On the copper industry’s commitment to social responsibility

DISCLAIMER: All opinions in this column reflect the views of the author(s), not of EURACTIV Media network.

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Credit: © Teck Resources

Laurent Chokoualé Datou is the Vice President Public Affairs at International Copper Association.

With the EU laying the foundation for mandatory rules on corporate sustainability due diligence, it has become clear that lawmakers consider it is necessary to move from voluntary schemes to regulations to ensure certain global value chains operate in a sustainable and socially responsible manner. While regulations are a key component to ensure companies protect human rights and address any adverse environmental impacts, many companies in the copper industry have been early movers in prioritising these concerns in their operations.

Members of the International Copper Association (ICA) are aware of the potential impacts of their operations on workers, communities and society. Consequently, many members have committed to performing thorough site-level assessments of their production to assert its sustainability before it enters the supply chain. ICA members have been prioritising social responsibility at every level, from worker safety to local community development to environmental protection.

The copper industry takes social responsibility and the safety and wellbeing of employees very seriously, going beyond mere compliance with labour regulations. ICA members are fully aware that industrial operations do not occur in a vacuum, and community engagement, cooperation with the local communities and safeguarding the rights of indigenous populations are critical for socially responsible operations.

Teck Resources has made substantial efforts to support those living in their communities, not only by investing $2 million in northern Chile to set up a learning centre with classes on entrepreneurship, business skills and other economic advancement for indigenous women, but also by entering into four agreements with local organizations representing 16 communities near its Highland Valley Copper (HVC) site to undertake joint decisions on regulatory matters based on consensus. This led to the creation of communications protocols and a community working group to guide consultations about land use and operations by the mine. Community stakeholders are an indispensable resource for ensuring operations take local concerns into account.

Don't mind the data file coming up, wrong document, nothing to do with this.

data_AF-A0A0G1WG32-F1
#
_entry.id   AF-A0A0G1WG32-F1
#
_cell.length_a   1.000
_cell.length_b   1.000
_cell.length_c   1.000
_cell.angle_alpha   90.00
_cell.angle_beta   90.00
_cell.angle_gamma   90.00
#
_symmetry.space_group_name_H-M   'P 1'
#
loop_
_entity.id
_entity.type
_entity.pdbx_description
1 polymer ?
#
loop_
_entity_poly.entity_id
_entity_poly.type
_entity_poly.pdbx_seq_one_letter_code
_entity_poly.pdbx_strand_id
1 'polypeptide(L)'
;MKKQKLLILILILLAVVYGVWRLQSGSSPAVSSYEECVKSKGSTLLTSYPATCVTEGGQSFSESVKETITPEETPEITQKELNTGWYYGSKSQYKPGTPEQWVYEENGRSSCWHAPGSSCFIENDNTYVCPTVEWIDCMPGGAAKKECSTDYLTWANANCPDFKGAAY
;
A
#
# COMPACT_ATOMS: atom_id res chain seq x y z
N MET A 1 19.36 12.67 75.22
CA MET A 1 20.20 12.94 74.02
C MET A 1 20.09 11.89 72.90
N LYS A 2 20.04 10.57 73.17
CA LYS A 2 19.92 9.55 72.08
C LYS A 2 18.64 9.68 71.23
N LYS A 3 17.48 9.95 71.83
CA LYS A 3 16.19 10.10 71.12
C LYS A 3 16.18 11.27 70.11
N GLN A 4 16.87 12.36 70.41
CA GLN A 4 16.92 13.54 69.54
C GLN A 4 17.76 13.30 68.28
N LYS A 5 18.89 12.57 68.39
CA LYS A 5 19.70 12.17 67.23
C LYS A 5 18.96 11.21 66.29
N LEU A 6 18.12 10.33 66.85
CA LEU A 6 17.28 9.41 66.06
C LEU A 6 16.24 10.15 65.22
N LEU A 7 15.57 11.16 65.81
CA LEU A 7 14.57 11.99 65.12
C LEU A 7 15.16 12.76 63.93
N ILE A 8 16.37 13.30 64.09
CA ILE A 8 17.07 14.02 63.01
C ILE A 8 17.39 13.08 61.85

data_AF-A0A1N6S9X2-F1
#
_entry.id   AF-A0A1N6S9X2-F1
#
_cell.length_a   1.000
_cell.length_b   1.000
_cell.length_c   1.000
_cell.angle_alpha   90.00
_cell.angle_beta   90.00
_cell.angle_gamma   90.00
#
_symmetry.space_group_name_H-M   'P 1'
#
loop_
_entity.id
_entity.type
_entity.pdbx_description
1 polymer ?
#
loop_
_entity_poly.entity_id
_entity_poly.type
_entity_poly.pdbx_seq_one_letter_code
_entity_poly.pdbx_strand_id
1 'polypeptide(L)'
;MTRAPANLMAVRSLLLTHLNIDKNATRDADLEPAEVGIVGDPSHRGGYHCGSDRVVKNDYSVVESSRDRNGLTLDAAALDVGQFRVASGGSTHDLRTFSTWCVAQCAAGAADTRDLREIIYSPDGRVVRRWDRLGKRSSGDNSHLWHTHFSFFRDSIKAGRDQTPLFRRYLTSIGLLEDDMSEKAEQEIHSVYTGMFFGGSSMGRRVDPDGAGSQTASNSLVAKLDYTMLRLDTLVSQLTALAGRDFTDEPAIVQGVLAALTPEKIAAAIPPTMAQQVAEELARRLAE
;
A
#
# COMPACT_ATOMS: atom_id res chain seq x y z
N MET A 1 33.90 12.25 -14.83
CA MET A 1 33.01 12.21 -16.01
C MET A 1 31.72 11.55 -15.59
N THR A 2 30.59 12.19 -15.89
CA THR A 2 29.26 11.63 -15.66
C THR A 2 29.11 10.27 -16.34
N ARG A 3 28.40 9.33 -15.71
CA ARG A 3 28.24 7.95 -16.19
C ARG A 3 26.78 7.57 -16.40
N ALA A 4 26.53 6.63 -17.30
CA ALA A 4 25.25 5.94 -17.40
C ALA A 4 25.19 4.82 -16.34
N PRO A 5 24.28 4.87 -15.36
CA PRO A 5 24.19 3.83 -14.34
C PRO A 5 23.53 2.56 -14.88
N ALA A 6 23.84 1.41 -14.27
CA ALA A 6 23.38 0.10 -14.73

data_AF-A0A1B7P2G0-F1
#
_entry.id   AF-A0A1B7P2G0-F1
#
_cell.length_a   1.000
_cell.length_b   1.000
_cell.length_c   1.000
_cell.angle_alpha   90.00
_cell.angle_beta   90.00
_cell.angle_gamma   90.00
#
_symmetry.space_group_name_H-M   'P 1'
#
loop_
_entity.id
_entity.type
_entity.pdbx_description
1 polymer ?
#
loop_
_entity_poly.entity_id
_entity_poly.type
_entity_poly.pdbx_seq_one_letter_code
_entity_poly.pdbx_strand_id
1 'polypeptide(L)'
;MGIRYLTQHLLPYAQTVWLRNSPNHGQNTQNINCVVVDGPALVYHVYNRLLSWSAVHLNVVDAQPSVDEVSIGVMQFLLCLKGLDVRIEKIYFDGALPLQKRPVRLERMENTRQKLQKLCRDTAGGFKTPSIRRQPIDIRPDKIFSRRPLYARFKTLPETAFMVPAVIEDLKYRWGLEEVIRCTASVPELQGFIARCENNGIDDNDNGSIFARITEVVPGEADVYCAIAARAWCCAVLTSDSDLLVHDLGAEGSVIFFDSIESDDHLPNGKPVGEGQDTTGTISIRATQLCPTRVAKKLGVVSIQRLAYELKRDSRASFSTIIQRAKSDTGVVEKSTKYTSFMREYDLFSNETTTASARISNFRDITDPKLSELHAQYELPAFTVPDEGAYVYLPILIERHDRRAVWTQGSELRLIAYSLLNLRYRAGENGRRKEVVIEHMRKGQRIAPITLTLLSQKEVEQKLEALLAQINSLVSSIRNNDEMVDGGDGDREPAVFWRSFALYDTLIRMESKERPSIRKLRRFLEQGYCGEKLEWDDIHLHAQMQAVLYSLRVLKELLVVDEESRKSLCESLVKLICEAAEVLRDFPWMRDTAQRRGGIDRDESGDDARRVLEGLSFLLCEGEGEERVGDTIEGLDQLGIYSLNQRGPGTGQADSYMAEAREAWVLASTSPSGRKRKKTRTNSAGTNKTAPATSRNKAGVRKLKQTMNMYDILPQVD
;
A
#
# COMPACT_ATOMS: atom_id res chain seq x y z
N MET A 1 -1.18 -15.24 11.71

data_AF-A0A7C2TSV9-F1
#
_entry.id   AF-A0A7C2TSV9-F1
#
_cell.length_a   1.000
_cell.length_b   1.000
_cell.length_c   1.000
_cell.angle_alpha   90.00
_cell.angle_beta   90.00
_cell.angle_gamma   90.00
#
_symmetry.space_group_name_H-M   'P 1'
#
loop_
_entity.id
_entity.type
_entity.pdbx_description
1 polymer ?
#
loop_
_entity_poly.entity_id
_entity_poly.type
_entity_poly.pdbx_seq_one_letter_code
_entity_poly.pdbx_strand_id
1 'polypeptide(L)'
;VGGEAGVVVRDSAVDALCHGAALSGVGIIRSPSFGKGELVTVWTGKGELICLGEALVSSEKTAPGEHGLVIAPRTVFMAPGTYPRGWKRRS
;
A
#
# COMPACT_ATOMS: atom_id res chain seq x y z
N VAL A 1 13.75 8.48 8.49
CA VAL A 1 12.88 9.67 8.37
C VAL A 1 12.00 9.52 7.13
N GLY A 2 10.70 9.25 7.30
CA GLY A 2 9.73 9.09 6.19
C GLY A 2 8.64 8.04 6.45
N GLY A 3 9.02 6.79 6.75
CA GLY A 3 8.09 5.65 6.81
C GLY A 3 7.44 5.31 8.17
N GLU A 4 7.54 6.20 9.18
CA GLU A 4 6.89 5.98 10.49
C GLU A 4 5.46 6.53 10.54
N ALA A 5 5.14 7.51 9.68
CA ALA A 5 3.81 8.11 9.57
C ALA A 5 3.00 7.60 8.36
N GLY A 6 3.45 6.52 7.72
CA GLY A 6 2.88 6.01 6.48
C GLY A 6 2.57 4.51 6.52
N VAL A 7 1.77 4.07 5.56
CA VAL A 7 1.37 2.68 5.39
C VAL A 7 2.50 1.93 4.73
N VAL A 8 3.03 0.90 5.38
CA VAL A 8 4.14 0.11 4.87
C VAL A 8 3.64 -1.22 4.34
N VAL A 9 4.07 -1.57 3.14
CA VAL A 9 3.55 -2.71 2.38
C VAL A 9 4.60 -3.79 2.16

Steady technological advances have revolutionised safety in the mining industry, and further investments in innovative technologies play a fundamental role in driving continuous progress. These technology and equipment advances play a key role in improving safety, ensuring employee wellbeing, reducing emissions and minimizing impact on communities.

For example, worker fatigue is one of the most pervasive safety concerns in mining, and the long-term effort to combat it is emblematic of ICA members’ commitment to continuous improvement. By employing cutting-edge technologies like a neuro-connected strip fitted into the headgear of truck drivers, employers such as BHP Billiton, Rio Tinto and Anglo American are using brain wave technology to detect fatigue. This system alerts drivers, supervisors and back-office personnel about potential hazards, which provides improved monitoring, increased worker safety and less downtime.

Protection of workers and engagement of communities are important elements, but the environmental component of social responsibility was sometimes overlooked by industry in the past. The preservation of the local environment is not only important to nearby communities, but it also ties closely to global efforts to mitigate climate change. The copper industry has acknowledged that mining has lasting impacts, as mining projects are complex enterprises that can extend for generations and require vast amounts of equipment and hundreds—sometimes thousands—of personnel. This is precisely why the copper industry considers collaboration with local communities to be key to achieving responsible mining across all phases, from exploration to development and production.

For example, Anglo American has committed to conserving water in its mining operations and collaborating with local communities to develop efficient water-management methods in Chile. Conscious of the challenges rural communities face in Chile due to severe droughts, Anglo American created the Programa Agua Rural, or Rural Water Program, to apply its water-management research and technology to finding a solution for more than 100,000 people living in these regions.

The copper industry has not shied away from recognizing the improvements needed to make mining safer and more sustainable across the entire supply chain. While there is still a long way to go, ICA members are demonstrating a strong commitment to building a responsible industry at a local and global scale.

To embody this commitment, in 2020 ICA members launched the Copper Mark, an assurance framework independent from the industry it assesses, to distinguish responsibly produced copper. The framework was developed in line with United Nations Sustainable Development Goal 12 (“ensure sustainable consumption and production patterns”), to guarantee fair treatment of workers, local community development and respect for the environment between upstream and downstream partners.

While regulation is necessary to ensure corporate due diligence across the larger economy, voluntary corporate schemes remain relevant, as they can exert pressure on the entire industry to act jointly to go beyond simple due diligence and maintain a high level of ambition.

The International Copper Association and its members are fully committed to working with communities, governments and the broader supply chain to build a truly sustainable industry.

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